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Benjamin and Ingrid Hjertefølger and their four children live in a bubble.
Well, actually it's a geodesic dome, but you get the idea.
Located in the arctic circle on the island of Sandhornøya in northern Norway, the family of six's Nature House is an eco-friendly dream.
The three story, extremely green, cob house (cob is a natural building material made from soil, water, and usually straw) is protected from the elements by a geodesic dome.
The dome protects the house from the extreme arctic temperatures and high winds while also acting as a green house.
Ingrid tells Inhabitat, that it's impossible to grow food in the dome in the winter because there are three month without sun but the dome does allow them to grow food five months longer than they would be able to outside.
All of the home's grey and black water is used for fertilizing and watering the apples, apricots, cherries, cucumbers, grapes, herbs, kiwis, melons, plums, squash, and tomatoes they grow.
All food scraps are used as compost and all household items are biodegradable as everything ends up in their food.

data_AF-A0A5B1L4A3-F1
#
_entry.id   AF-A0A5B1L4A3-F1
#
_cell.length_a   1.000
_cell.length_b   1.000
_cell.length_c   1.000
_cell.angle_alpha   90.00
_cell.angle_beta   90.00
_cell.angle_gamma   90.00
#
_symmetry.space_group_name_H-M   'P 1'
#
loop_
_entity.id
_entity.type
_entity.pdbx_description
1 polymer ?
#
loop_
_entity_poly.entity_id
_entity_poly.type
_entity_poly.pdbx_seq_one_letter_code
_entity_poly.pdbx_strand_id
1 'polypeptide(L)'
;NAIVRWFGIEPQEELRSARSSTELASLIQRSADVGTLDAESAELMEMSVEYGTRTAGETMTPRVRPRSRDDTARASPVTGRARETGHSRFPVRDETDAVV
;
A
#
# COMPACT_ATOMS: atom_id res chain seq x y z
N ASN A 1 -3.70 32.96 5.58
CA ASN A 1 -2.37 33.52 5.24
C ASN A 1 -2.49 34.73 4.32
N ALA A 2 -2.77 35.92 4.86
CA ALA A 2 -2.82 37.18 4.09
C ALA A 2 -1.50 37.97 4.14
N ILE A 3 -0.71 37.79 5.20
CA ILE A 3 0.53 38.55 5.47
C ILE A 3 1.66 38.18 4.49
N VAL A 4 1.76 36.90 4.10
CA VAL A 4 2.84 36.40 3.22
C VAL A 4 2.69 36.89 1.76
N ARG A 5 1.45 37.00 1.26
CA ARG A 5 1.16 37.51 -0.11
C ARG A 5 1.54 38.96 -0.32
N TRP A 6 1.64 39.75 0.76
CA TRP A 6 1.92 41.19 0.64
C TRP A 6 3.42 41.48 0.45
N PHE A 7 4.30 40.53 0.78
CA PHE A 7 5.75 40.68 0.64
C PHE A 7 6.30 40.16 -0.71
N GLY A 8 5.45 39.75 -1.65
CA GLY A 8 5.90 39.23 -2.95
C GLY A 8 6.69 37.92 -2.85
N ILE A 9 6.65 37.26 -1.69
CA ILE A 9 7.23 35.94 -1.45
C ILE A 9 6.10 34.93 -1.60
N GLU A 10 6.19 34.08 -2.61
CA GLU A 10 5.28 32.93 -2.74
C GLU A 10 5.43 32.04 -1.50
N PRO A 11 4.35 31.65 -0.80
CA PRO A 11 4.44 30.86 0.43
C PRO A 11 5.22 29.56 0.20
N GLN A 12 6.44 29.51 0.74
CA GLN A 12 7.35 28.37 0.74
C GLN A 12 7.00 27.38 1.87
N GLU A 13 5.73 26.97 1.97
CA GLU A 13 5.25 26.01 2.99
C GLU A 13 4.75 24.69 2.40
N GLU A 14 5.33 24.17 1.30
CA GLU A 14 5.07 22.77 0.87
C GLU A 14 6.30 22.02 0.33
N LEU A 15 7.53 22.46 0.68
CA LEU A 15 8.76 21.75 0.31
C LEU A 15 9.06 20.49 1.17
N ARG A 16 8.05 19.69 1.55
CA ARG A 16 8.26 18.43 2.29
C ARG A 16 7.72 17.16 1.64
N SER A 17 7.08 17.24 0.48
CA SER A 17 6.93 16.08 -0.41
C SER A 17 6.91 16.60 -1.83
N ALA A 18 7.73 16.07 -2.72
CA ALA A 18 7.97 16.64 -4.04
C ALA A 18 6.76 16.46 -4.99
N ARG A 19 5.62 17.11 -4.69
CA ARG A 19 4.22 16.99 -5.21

Though there are things Ingrid tells Inhabitat she would change if she could start over on the design of the house now. ("The ideal thing would be double glass on the green house so that we could have a tropical garden and no dripping in the winter.”) Overall she says the family is very happy with their home.
“The feeling we get as we walk into this house is something different from walking in to any other house,” says Ingrid.
“The atmosphere is unique. The house has a calmness; I can almost hear the stillness," she continues. "It is hard to explain. But it would have been impossible getting this feeling from a house someone else has planned and built for us, or a house with corners and straight lines.”
And that's just the outside!
Inside the home, is equally as breathtaking yet somehow familiar and comfortable.
As Ingrid puts it, "It's a cave, but it has light and air."
Turns out life in a bubble can be a great, great, thing.
For more information about the Hjertefølger's sustainable life check out their blog here.